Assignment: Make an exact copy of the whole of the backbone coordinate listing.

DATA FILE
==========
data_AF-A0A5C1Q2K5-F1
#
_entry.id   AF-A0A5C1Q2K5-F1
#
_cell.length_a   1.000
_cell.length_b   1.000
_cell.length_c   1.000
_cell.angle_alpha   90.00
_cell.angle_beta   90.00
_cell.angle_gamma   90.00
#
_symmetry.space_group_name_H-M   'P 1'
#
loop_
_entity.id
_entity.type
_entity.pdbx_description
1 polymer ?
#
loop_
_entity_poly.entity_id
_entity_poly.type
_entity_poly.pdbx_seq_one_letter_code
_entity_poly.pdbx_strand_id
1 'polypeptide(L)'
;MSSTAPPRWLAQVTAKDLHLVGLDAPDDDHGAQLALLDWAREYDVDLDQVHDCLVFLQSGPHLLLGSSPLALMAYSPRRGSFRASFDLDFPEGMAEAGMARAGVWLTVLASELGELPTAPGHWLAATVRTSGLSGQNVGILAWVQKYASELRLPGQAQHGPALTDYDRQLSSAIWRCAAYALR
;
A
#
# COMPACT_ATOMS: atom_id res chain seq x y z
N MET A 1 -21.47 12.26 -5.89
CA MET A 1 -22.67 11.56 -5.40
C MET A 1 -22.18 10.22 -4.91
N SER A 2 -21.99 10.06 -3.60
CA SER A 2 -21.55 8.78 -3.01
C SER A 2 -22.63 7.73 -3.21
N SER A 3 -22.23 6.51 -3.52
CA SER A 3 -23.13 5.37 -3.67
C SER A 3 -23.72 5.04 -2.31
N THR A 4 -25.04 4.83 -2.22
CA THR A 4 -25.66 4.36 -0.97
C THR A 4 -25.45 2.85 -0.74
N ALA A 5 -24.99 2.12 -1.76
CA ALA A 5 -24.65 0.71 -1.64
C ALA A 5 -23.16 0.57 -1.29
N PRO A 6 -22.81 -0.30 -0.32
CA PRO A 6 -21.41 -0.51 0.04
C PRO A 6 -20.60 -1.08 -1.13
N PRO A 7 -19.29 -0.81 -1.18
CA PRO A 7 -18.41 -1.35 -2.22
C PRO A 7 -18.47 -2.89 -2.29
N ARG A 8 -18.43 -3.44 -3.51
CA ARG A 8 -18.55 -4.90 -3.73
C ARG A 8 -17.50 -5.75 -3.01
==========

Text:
data_AF-A0A5C1Q2K5-F1
#
_entry.id   AF-A0A5C1Q2K5-F1
#
_cell.length_a   1.000
_cell.length_b   1.000
_cell.length_c   1.000
_cell.angle_alpha   90.00
_cell.angle_beta   90.00
_cell.angle_gamma   90.00
#
_symmetry.space_group_name_H-M   'P 1'
#
loop_
_entity.id
_entity.type
_entity.pdbx_description
1 polymer ?
#
loop_
_entity_poly.entity_id
_entity_poly.type
_entity_poly.pdbx_seq_one_letter_code
_entity_poly.pdbx_strand_id
1 'polypeptide(L)'
;MSSTAPPRWLAQVTAKDLHLVGLDAPDDDHGAQLALLDWAREYDVDLDQVHDCLVFLQSGPHLLLGSSPLALMAYSPRRGSFRASFDLDFPEGMAEAGMARAGVWLTVLASELGELPTAPGHWLAATVRTSGLSGQNVGILAWVQKYASELRLPGQAQHGPALTDYDRQLSSAIWRCAAYALR
;
A
#
# COMPACT_ATOMS: atom_id res chain seq x y z
N MET A 1 -21.47 12.26 -5.89
CA MET A 1 -22.67 11.56 -5.40
C MET A 1 -22.18 10.22 -4.91
N SER A 2 -21.99 10.06 -3.60
CA SER A 2 -21.55 8.78 -3.01
C SER A 2 -22.63 7.73 -3.21
N SER A 3 -22.23 6.51 -3.52
CA SER A 3 -23.13 5.37 -3.67
C SER A 3 -23.72 5.04 -2.31
N THR A 4 -25.04 4.83 -2.22
CA THR A 4 -25.66 4.36 -0.97
C THR A 4 -25.45 2.85 -0.74
N ALA A 5 -24.99 2.12 -1.76
CA ALA A 5 -24.65 0.71 -1.64
C ALA A 5 -23.16 0.57 -1.29
N PRO A 6 -22.81 -0.30 -0.32
CA PRO A 6 -21.41 -0.51 0.04
C PRO A 6 -20.60 -1.08 -1.13
N PRO A 7 -19.29 -0.81 -1.18
CA PRO A 7 -18.41 -1.35 -2.22
C PRO A 7 -18.47 -2.89 -2.29
N ARG A 8 -18.43 -3.44 -3.51
CA ARG A 8 -18.55 -4.90 -3.73
C ARG A 8 -17.50 -5.75 -3.01